Why has abortion so roiled this country for half a century? Here’s an idea.
In December, The Supreme Court heard oral arguments in Dobbs v. Jackson Women’s Health Organization. It is expected to hand down its decision in late June or early July. It may or may not resolve anything for, as Ruth Bader Ginsburg noted in 1985, the Roe decision of 50 years ago appeared “to have provoked, not resolved conflict.”
Which raises a question: why?
Joshua Prager asks this question. He’s the author of “The Family Roe,” a book on Roe v. Wade. Prager cites Brown v. Board of Education, taking prayer out of the public schools (1962), interracial couples gaining a right to marry (1967), gay marriage—decisions that met high public disapproval that immediately began to decline. “But abortion was different,” he writes. “Opposition to Roe became more hostile after its issuance.”
There are many reasons, I’m sure, but it seems to me the biggest is that Roe involved death. But not just any kind of death. Murder. And that’s what makes abortion different. Murder can coarsen a person’s conscience. It can coarsen a nation’s conscience.
Conscience comes from the Latin con (with) and science (knowledge). Humans have a special knowledge, a moral awareness, that comes with ordinary knowledge. It’s God’s gift to every individual, designed to accuse us when we’re wrong, defend us when we’re right (Rom.2:15).
Conscience demarcates us from the animal kingdom. Animals don’t have a conscience, so they kill but don’t murder. We too can rightly kill (serving in the military is one example), but we can also commit murder. We see this in the Ten Commandments: Thou shalt not murder—unlawful killing resulting in bloodguilt.
And therein lies the rub. Bloodguilt.
When we have blood on our hands, we do one of four things. We can confess and repent, which is the mark of a good conscience—or we can deny, defend, or not give a damn. That’s a warped conscience. It can warp three ways. The arrogant conscience denies they’ve murdered anyone. The defiled conscience defends murder, the seared conscience doesn’t give a damn. All three are hell on wheels.
David embodied a clear conscience, even though he had Uzziah murdered. When confronted by Nathan, he repented and repudiated his sin. He didn’t explain, justify, defend. No wonder David was called a man after God’s own conscience (I Sam.13:14).
The Apostle Paul embodied a clear conscience, even though he was a murderer. When confronted by Jesus, he repented and repudiated his sin. He didn’t explain, justify, defend. No wonder Paul said he lived his entire life with a clear conscience (Acts 23:1; 24:16).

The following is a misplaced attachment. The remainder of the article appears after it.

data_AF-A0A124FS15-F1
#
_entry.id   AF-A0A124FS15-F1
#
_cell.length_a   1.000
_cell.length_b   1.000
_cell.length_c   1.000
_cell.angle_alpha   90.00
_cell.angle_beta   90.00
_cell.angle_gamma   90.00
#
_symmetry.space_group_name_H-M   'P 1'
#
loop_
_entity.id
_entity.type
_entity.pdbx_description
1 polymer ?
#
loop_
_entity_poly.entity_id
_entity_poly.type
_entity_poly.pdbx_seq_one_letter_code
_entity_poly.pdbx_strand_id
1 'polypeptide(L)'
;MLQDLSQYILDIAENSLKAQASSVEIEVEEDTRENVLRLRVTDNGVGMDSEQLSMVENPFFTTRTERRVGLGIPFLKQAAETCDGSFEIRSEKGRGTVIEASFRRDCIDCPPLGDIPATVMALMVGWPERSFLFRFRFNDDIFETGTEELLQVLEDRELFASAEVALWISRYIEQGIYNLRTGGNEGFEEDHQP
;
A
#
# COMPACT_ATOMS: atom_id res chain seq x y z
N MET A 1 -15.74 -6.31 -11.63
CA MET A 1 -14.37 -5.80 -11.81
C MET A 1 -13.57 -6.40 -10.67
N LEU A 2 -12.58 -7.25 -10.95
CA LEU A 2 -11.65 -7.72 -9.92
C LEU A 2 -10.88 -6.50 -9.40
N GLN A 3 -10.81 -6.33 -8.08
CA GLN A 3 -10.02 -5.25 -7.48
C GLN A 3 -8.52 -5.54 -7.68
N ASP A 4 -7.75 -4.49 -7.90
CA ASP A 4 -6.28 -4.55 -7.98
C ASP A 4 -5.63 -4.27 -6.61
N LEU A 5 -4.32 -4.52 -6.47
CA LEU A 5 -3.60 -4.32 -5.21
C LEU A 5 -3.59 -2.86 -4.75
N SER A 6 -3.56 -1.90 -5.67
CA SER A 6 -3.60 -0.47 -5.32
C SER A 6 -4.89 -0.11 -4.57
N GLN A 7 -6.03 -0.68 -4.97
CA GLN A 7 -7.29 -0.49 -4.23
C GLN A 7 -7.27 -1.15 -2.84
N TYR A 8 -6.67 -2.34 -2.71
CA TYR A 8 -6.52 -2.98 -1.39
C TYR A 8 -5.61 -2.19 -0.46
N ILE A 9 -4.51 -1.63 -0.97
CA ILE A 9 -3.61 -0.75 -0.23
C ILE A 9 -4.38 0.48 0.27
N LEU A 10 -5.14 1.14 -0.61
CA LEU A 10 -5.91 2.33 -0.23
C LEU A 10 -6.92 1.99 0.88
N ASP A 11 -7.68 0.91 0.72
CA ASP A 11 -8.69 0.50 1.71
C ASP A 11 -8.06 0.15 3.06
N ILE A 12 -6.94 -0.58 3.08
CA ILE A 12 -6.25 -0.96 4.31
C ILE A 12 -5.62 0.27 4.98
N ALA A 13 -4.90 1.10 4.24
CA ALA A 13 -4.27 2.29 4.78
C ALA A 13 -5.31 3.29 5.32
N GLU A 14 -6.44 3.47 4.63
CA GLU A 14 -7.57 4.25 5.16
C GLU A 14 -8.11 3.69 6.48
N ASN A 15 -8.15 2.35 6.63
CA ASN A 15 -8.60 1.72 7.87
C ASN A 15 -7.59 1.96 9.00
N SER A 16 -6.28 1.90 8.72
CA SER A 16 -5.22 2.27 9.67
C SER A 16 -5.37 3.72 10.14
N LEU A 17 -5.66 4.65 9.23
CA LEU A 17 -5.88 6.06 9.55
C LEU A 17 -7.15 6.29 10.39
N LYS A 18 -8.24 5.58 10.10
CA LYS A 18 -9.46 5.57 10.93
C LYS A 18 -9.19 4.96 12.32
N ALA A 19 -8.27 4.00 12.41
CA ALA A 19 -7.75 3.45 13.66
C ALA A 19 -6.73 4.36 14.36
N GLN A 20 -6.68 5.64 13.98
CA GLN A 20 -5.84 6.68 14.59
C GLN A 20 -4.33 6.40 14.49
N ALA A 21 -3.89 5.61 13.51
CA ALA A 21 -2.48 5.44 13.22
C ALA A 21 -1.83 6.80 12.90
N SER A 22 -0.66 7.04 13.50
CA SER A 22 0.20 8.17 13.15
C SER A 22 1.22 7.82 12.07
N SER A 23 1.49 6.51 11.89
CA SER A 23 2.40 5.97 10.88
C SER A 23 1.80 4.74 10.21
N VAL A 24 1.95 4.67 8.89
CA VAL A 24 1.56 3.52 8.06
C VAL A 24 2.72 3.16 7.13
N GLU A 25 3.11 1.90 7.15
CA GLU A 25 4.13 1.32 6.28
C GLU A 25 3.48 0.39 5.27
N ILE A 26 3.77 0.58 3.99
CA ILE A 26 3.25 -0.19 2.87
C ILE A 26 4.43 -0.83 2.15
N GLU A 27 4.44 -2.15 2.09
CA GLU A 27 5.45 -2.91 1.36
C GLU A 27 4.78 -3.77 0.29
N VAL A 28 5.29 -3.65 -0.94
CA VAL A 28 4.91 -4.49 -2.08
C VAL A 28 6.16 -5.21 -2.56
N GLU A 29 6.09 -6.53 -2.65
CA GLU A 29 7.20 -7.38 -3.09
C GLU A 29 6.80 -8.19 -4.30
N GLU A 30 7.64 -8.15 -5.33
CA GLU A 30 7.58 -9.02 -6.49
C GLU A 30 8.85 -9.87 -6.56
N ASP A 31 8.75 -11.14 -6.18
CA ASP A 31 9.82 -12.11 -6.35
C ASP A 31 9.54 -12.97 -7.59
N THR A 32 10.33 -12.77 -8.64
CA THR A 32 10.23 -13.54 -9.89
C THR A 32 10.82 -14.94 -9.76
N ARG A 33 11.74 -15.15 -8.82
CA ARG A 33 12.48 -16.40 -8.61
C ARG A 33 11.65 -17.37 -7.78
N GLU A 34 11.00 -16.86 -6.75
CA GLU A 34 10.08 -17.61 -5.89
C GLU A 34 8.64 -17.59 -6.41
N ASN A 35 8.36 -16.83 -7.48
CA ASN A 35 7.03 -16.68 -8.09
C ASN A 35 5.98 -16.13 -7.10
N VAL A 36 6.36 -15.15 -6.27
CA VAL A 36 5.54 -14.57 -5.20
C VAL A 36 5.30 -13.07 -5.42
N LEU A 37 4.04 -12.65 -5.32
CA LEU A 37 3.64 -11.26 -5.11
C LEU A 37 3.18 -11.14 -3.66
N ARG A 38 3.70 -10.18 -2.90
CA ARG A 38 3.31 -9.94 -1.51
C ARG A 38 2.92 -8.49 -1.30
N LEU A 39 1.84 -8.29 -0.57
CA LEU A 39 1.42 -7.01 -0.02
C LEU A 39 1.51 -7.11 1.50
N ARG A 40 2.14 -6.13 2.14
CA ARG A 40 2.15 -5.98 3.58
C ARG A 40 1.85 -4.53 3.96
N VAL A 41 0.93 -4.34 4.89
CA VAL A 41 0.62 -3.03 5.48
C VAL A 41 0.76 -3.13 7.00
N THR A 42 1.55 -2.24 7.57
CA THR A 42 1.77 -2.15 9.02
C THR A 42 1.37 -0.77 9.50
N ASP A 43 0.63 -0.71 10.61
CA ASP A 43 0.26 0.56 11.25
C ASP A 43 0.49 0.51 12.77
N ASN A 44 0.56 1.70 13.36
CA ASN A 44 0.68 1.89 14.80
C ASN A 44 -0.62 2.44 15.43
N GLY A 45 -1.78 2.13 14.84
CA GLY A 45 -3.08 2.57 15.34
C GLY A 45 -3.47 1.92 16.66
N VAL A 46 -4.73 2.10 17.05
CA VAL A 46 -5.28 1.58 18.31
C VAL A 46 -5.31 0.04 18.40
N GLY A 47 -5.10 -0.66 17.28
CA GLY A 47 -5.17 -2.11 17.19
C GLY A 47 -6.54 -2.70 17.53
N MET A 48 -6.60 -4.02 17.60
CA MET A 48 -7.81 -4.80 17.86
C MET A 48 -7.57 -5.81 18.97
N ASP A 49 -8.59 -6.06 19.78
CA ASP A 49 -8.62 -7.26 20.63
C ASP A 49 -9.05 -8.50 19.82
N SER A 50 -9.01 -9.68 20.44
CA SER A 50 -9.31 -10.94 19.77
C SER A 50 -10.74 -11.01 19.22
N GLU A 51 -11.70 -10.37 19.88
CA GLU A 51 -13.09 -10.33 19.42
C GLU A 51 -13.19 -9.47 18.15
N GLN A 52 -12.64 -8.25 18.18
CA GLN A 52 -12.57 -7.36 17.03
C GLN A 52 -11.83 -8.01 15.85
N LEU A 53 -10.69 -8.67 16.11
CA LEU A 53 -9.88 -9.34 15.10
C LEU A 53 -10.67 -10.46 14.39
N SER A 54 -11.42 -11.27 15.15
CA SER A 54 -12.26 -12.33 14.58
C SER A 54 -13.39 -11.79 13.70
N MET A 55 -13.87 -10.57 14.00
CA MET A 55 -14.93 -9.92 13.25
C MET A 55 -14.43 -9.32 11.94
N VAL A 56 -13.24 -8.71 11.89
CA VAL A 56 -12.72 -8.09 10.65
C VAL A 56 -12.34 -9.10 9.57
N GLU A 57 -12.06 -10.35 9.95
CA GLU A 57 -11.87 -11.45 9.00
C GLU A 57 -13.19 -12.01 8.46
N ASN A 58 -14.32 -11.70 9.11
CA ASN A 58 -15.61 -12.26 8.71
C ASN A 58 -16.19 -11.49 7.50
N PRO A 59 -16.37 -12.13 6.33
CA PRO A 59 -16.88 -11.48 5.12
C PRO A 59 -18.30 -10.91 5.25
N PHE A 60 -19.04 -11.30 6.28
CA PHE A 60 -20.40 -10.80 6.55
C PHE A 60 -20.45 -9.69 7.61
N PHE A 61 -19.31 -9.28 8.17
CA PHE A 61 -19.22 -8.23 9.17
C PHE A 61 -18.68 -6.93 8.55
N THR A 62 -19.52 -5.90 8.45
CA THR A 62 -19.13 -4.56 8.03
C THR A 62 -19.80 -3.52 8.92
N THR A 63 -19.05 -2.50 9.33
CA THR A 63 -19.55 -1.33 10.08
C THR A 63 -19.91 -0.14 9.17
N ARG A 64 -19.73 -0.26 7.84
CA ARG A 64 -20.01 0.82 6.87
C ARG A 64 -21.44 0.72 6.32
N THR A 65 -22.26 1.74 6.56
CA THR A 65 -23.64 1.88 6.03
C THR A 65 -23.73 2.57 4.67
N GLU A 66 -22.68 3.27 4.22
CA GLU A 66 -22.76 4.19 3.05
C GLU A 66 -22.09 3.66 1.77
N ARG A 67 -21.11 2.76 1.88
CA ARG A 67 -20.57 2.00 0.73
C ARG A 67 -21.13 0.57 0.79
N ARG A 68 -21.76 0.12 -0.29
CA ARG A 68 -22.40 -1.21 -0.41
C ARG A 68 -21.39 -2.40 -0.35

What about us? According to The US Centers for Disease Control (CDC), since 1973, there have been over 63,000,000 reported abortions in the US. Reported. God knows how many go unreported. This many murders cannot help but coarsen a nation’s conscience.
What then can be done?
First and foremost, pray. Pray that God smites our conscience, as he did after David disobediently numbered the people (II Sam. 24:10). Second, I recommend two stories.
The first is Crime and Punishment by Fyodor Dostoyevsky. It’s the story of the tormented conscience of Rodion Raskolnikov, an impoverished ex-student in St. Petersburg. He formulates and executes a plan to murder an unscrupulous pawnbroker for her cash. Raskolnikov, in attempting to defend his actions, argues that with the pawnbroker’s money he can perform good deeds to counterbalance the crime, while ridding the world of evil. But Raskolnikov’s conscience torments him. It is the punishment for his crime. At the end of the day, he can’t live with his conscience.
Judah Rosenthal can. Watch Woody Allen’s film, Crimes and Misdemeanors. Judah Rosenthal finds himself trapped in an affair with an unstable mistress. She threatens to expose him, destroying Judah’s successful career (as well as his marriage). He arranges for his mistress to be murdered. At first deeply anguished by the murder he arranged, Judah justifies his actions until his guilt seems to melt away. At the end of the film Judah tells Cliff (Woody Allen) that with time, any crisis will pass. Cliff morosely disagrees. We’re forever fated to bear our burdens for “crimes and misdemeanors.” Judah disagrees, feeling that people can get away with just about anything over time, including murder.
Both stories get it right. A clear conscience can face bloodguilt. A deformed conscience cannot. It rationalizes, defends, denies… coarsening our souls, our nation.
I witnessed this firsthand in two countries whose cultures felt coarse, rough. The first was in the former USSR. I visited in 1988. I’ll never forget reading an official tourist book noting that, on average, a woman in the USSR undergoes seven abortions in her lifetime. The second country was China, where there are around 9.7 million reported abortions carried out annually. Reported. Chinese society struck me as coarse, rough.
Close to a quarter of all pregnancies in the US end in abortion. That’s a lot of death by murder. And that’s what makes abortion different. It’s coarsening our nation’s conscience.